Corinthian Colleges announced its plan to sell Heald College locations earlier this week, including ten locations in California, according to a filing with the US Securities and Exchange Commission (SEC).
“The Company has not yet secured a buyer for all or any subset of the Heald Schools, but has allocated internal resources to identify potential buyers and evaluate proposals for these campuses,” the filing states. “The Company intends to execute definitive sales agreements with one or more third parties for the sale of the Heald Schools within approximately six months.”
On the Salinas campus, one day before the announcement went public, school was in session just like any other day. According to Roberto Robledo of The Californian, students were told classes would continue and their financial aid would not be affected. They stated the school was to be sold, but not close. Officials could not confirm this information.
Heald College celebrated its 150th anniversary this April.
California Attorney General Kamala Harris sued the corporation last year, stating the company overcharges students and falsifies graduation and job placement rates, among other things. Harris recently added to this by accusing the company of false advertising to perspective students, saying the college had not made its financial struggles public, according to Jeremy White for The Sacramento Bee. The state also deferred financial aid from the school’s military veteran’s training program, which blocked grants for new students.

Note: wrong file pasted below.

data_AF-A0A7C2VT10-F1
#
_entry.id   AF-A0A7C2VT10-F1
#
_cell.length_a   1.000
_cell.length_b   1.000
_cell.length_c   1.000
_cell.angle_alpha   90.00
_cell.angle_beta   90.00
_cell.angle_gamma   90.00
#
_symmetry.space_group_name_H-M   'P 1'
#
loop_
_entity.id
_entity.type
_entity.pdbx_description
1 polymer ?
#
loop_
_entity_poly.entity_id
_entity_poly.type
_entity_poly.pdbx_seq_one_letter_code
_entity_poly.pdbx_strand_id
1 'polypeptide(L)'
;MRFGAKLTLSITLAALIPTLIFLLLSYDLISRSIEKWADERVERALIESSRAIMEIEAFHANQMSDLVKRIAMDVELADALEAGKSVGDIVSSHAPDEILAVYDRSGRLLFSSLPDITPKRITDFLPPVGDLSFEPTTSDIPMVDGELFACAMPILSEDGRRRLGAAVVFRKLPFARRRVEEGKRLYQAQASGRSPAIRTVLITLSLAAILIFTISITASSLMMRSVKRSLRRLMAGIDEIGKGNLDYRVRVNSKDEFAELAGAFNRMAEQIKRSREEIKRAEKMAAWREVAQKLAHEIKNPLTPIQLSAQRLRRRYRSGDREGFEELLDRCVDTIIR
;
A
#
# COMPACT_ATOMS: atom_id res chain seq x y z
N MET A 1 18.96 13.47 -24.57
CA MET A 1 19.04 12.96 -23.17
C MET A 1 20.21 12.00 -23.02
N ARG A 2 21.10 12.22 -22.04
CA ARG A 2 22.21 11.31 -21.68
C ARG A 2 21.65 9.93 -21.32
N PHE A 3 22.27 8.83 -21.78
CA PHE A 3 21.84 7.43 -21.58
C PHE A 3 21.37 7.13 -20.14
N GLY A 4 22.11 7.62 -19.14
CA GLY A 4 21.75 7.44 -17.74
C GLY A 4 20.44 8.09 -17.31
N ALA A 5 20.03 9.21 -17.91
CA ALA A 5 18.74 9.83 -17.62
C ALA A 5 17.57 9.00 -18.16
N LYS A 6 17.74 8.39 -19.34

“It is unacceptable yet not surprising that Corinthian Colleges continues to illegally target vulnerable Californians – including low-income individuals, single mothers and veterans returning from combat – by lying about its dire finances and failing to tell prospective students that the schools to which they apply will all be sold or closed,” Harris said in a statement last week accompanying the charges.
The 72,000-student company had reached an agreement with the US Department of Education (DOE) last week to sell off its schools and to stop student enrollment, after the department had put a 21-day hold on the company’s access to federal student aid, 85% of its revenue.
In return, the DOE would fund the school with $16 million to allow current students to finish their degree programs at their current school, or to transfer to another location.
This agreement left many parents, who felt the government should have shut the school down immediately, angry. One parent stated the money would have been better spent getting current students and faculty transferred into better schools, writes Katy Murphy for The San Jose Mercury News.
The nationwide for-profit Corinthian Colleges has been sued in several states for similar issues.
A new bill is being introduced in California state legislature that would require deeper examination of for-profit career colleges. SB 1247 is currently with the Committee on Appropriations.